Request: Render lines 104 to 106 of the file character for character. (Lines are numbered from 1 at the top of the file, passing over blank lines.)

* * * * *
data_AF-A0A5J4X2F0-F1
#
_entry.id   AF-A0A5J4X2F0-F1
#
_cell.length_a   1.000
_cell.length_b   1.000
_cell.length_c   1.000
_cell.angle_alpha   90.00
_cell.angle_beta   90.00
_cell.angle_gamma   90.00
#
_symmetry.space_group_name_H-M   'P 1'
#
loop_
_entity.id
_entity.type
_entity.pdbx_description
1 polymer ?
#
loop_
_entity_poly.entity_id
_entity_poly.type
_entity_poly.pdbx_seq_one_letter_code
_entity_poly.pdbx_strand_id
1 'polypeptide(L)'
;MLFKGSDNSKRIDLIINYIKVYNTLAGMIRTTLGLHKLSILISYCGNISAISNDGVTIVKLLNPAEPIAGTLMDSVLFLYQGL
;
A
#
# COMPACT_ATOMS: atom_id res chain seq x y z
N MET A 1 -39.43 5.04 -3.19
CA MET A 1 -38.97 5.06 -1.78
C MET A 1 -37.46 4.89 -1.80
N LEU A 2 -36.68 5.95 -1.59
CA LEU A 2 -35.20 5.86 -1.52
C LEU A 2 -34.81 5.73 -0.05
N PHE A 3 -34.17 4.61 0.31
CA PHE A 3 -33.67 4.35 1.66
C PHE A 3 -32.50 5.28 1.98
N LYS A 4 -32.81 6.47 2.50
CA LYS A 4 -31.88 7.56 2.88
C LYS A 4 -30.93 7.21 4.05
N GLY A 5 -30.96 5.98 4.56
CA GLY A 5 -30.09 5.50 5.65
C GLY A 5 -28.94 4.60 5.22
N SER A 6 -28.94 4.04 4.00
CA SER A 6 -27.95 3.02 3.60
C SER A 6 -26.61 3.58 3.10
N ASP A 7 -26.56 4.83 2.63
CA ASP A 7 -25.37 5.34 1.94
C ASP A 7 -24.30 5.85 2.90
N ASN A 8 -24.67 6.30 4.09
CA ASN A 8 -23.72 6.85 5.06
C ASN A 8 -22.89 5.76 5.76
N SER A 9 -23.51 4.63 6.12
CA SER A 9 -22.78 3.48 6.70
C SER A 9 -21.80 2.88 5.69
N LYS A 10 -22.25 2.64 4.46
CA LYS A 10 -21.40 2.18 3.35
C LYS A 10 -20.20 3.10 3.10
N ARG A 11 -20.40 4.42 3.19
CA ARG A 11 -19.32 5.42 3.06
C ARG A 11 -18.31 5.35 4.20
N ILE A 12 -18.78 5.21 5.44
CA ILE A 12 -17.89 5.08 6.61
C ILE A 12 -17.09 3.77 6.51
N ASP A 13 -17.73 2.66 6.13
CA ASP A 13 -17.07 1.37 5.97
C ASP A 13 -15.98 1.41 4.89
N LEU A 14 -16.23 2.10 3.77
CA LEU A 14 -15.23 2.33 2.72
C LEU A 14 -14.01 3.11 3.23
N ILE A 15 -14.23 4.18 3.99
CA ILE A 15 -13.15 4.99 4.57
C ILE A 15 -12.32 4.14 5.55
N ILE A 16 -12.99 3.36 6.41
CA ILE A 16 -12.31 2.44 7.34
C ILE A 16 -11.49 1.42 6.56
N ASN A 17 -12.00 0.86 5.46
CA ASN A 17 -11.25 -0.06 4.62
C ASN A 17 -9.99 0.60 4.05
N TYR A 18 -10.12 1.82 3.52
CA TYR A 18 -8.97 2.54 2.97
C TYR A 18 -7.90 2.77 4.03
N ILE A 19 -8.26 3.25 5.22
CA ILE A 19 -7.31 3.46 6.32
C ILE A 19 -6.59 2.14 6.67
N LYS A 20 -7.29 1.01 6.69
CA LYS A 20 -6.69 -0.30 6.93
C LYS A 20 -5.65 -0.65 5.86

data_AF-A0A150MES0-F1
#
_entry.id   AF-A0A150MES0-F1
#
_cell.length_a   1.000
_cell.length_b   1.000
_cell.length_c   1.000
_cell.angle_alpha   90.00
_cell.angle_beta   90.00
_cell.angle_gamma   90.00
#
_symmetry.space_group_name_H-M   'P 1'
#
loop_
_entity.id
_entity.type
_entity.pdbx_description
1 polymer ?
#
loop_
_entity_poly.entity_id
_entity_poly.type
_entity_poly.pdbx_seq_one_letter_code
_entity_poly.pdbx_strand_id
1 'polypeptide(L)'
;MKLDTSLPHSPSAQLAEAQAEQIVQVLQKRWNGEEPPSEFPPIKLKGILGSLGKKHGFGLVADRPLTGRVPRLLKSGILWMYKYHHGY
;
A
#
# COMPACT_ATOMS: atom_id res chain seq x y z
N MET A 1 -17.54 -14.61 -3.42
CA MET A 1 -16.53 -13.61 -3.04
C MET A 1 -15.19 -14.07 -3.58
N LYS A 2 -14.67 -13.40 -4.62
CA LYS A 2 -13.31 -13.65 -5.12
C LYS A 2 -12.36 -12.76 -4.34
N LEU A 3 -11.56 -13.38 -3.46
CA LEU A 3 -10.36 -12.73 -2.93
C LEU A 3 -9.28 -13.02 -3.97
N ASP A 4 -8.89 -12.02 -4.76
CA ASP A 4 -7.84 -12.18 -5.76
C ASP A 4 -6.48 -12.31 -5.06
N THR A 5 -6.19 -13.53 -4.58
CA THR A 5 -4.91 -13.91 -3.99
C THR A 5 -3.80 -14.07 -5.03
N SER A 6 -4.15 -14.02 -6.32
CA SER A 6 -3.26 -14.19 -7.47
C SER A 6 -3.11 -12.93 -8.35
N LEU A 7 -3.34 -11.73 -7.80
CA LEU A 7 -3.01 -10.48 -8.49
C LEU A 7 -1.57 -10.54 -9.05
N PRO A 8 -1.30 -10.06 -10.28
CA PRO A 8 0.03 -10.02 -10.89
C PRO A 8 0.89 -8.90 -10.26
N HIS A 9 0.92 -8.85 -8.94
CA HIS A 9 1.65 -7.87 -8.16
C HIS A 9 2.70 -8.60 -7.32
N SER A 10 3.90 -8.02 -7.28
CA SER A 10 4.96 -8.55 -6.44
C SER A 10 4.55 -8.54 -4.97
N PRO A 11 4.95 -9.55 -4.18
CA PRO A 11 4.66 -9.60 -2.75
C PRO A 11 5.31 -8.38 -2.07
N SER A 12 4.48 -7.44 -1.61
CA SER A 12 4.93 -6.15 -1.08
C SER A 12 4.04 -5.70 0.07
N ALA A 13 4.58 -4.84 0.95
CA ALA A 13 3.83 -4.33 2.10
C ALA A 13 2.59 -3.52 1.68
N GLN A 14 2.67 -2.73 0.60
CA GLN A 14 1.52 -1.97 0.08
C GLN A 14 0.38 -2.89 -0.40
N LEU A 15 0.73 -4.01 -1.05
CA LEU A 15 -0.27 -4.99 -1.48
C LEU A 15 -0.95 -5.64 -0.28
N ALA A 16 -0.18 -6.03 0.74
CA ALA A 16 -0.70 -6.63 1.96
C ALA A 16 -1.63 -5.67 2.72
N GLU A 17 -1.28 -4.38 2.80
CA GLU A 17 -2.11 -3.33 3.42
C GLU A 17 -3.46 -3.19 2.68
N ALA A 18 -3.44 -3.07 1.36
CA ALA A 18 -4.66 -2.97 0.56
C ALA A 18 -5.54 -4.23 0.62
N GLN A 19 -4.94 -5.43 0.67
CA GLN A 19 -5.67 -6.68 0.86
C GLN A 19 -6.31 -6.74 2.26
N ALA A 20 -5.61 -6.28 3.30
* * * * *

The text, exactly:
loop_
_entity.id
_entity.type